In my opinion, most of us do not think we are bad dentists. However, we all have bad days. Sometimes our work may not be perfect, but overall, I think our goal is to always be very satisfied with our clinical work. You never perceive yourself as having bad intentions, so it feels surprisingly disheartening when strangers criticize you online.
The Internet has done great things for dentists in terms of marketing and keeping the public up-to-date and more aware of their oral health. But all good things must have some downside, right? When you are putting yourself out there online, you are making yourself vulnerable to all kinds of commentary.
Have you ever watched the segment that Jimmy Kimmel does with celebrities reading mean tweets about themselves? It’s funny, but it humanizes these famous people and makes you realize that they have feelings too. That’s kind of how I felt when reading some comments about me on a popular review-based website. The thing that was most upsetting was that it had nothing to do with my dental work. It basically put down the way I looked (too young), the way I talked (weird accent), and implied that I acted like I had no interest in what I was doing and cared very little about the patient. Excuse me? Let’s just get one thing straight: dentists have feelings too!
At first, I was shocked that something like this bothered me. I generally have great experiences with new patients, but we all know that no one is perfect and you cannot make everyone happy. You have all had that unpleasant first time patient encounter. Whether it was in dental school or residency, like me, I am sure most of you did not let it keep you up at night. Seeing a reminder of it forever etched in time on the Internet seemed to be much more significant in terms of affecting my self esteem.
I will be the first to admit that I do not enjoy schmoozing with patients. I am very straightforward during my consults. I like to be efficient and not waste my time or theirs. When I am the patient or a customer, I appreciate it when I am treated in a similar way. That is just my personality. I can see how that may come off as being disinterested. I realize I cannot expect everyone to love or even like me, but the fact that someone thought I was not doing the very best job that I could for him or her made me feel horrible. In the words of Carrie Bradshaw: “When it comes to life and love, why do we believe our worst reviews?”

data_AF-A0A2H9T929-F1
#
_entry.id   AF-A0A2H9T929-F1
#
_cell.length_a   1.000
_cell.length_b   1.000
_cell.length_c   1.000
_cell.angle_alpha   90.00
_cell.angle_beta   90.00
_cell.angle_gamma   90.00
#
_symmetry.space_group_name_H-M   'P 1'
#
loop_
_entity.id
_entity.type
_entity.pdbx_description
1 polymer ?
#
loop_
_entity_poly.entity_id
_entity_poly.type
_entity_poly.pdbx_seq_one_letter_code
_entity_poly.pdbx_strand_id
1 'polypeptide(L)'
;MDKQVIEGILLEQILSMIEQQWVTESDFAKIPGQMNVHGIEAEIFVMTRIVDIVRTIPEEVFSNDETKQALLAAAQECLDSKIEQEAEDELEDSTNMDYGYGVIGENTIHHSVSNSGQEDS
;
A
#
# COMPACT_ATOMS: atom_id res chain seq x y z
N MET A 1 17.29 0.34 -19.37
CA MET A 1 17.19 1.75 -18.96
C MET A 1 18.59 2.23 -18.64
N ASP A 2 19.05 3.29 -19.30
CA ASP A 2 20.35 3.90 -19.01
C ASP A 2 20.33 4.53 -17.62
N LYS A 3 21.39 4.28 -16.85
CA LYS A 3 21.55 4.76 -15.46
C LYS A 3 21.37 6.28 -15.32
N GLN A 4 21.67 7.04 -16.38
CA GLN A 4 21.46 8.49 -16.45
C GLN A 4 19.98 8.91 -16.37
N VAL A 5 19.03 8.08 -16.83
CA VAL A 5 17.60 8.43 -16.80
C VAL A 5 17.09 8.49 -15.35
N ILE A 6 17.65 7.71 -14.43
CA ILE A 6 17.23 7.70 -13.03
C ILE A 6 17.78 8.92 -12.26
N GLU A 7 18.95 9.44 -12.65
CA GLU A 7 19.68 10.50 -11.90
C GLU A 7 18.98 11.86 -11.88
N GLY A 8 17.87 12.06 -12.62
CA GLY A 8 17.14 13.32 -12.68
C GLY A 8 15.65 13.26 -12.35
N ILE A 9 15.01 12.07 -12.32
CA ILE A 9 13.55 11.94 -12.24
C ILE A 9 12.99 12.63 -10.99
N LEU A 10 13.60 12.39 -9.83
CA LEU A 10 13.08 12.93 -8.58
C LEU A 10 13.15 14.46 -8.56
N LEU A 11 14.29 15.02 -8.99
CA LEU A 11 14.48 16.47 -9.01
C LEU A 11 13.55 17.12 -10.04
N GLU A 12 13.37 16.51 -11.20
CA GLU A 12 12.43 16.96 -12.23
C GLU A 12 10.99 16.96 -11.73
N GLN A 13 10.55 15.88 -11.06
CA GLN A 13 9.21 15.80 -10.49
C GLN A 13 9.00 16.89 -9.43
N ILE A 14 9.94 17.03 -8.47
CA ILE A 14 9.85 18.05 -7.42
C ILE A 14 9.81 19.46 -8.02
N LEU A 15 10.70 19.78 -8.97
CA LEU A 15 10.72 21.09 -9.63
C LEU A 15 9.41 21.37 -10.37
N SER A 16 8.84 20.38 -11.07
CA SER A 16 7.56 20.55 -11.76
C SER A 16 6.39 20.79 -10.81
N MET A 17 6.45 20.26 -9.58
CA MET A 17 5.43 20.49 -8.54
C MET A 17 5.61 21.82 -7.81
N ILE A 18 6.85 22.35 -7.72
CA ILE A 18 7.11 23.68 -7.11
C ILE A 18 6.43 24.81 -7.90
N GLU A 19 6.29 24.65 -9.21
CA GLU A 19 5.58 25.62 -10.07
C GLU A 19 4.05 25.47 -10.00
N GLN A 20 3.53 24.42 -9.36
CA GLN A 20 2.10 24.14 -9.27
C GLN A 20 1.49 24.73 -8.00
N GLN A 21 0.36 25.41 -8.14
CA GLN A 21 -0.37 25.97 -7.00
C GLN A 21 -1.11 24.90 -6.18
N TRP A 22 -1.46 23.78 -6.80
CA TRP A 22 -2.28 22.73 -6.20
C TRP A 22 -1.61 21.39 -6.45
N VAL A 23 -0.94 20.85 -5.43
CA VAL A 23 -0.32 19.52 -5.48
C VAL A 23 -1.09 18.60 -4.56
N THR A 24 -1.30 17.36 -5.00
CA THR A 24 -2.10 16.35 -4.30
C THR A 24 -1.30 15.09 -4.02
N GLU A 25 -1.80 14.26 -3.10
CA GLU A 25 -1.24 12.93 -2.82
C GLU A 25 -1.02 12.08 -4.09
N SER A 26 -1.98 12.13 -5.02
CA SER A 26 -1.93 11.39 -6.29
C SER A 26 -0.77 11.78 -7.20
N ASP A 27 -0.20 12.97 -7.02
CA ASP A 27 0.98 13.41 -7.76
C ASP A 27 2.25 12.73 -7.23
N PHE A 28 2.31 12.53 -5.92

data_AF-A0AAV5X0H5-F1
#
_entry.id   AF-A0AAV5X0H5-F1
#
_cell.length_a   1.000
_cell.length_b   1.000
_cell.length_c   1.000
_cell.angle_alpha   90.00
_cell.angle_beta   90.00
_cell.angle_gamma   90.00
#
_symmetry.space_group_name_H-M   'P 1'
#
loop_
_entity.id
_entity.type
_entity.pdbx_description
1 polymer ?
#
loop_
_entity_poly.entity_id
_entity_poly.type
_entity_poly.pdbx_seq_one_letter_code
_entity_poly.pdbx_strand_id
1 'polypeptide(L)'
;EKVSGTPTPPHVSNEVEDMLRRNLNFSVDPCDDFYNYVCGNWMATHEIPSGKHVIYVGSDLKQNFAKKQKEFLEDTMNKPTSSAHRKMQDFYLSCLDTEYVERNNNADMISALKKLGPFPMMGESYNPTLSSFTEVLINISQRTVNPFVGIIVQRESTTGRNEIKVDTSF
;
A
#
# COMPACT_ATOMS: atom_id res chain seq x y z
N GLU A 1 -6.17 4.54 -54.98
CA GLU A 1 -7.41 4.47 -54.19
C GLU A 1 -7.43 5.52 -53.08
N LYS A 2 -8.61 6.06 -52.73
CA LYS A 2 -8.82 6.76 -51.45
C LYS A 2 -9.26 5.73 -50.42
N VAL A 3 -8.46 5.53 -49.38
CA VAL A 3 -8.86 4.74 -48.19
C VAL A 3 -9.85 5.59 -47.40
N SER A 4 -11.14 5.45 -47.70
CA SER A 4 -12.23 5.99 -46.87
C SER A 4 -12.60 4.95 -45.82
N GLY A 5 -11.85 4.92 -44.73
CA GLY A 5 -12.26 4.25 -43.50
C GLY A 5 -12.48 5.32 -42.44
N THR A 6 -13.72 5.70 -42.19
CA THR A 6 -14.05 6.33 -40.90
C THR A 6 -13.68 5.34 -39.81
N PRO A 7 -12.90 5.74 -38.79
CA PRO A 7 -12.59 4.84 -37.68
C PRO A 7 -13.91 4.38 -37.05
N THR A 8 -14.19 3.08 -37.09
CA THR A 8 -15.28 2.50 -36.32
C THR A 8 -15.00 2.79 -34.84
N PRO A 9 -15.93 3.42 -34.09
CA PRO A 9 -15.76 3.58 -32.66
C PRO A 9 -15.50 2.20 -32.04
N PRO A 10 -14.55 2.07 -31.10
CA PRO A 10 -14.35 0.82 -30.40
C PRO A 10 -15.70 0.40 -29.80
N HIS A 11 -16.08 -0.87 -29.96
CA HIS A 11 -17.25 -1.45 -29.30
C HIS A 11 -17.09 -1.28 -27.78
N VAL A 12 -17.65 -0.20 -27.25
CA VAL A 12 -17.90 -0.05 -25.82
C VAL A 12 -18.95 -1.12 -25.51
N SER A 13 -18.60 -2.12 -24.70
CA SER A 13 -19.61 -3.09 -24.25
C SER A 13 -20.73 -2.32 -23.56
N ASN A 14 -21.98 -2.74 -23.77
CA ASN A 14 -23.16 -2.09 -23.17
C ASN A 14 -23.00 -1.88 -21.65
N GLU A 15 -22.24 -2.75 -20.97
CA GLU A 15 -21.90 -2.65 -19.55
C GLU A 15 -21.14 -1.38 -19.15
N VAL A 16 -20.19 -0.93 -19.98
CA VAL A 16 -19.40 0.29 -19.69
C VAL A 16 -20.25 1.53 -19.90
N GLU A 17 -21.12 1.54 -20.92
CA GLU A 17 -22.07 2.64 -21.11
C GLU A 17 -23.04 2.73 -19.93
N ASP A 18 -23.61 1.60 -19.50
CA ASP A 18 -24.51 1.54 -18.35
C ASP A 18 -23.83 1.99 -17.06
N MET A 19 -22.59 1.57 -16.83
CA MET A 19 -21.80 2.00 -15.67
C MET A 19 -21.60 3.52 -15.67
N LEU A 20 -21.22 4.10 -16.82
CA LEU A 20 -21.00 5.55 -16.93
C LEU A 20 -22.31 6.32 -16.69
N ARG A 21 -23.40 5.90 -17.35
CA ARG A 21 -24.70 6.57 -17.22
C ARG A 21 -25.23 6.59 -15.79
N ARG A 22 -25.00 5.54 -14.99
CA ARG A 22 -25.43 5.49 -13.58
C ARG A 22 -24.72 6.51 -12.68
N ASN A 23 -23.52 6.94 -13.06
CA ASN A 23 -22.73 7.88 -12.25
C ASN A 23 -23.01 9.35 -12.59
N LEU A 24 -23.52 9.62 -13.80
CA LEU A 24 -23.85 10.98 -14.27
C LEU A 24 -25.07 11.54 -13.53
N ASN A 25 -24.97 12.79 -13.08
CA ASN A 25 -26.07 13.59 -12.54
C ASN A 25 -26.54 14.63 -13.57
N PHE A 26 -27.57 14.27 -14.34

Anyway, time went by and I started getting more reviews. Some were great and some were okay. I have definitely learned a lot from this experience, and would love to share some thoughts with you.
1. We like to believe we are in the healthcare industry. But guess what. We are also in the service industry. Like it or not, our patients are educated consumers, and contrary to what you may think, they tend to prefer great service over great dental work. Many of them will compare how you treated them to their waitress at dinner last night or a salesperson at the mall. Most patients won’t care that you spent an extra 15 minutes perfecting the contours and anatomy of that MOD composite or that you have hundreds of hours of CE under your belt. What they will care about is if you took the time to ask about their day and made sure their visit was quick and painless.
The take-home message here is this: Combine great dental work with great service. The most perfect dental work in the world will mean nothing if the patient feels they are not being treated well or given enough attention. As appealing as it may sound, you cannot turn into the Soup Nazi of dentistry if a patient even dares to question your intentions. “No teeth for you!”
2. Take those negative reviews in stride. When someone writes that I am too young or even tells me to my face (it happens often), I graciously accept the compliment. I offer tips on maintaining your youth, such as eating healthy, practicing yoga and staying out of the sun.
3. Get better at reading people. I am working in a new practice, so many of our patients are new. If they seem cagey, I try extra hard to win them over by making jokes or chatting about something other than dentistry during that initial visit. I am not great at this, but it is something I have been trying to work on.
4. When all else fails, just let it go. We all get those patients that are difficult, no matter what. Nothing pleases them, they have unrealistic expectations, and some may even threaten you with bad reviews if their demands are not met. I do not negotiate with terrorists.
5. Remember that the good, appreciative patients that you want do not look to the Internet to find a healthcare professional. I am the first to admit I frequent this site when I am traveling and want to find the best place to eat in the area or a great hotel to spend the night in. I know many of the reviews are biased. I find that it helps more when I can get an opinion from someone I know and trust. I like to think many of your best reviews will come from the patients that appreciate you the most, which they will pass on to their friends and family.
6. Still upset about something you read about yourself on the Internet? Just repeat after me: “I am good enough. I’m smart enough. And doggone it, people like me.”
Enjoy your weekend!
Lilya Horowitz, DDS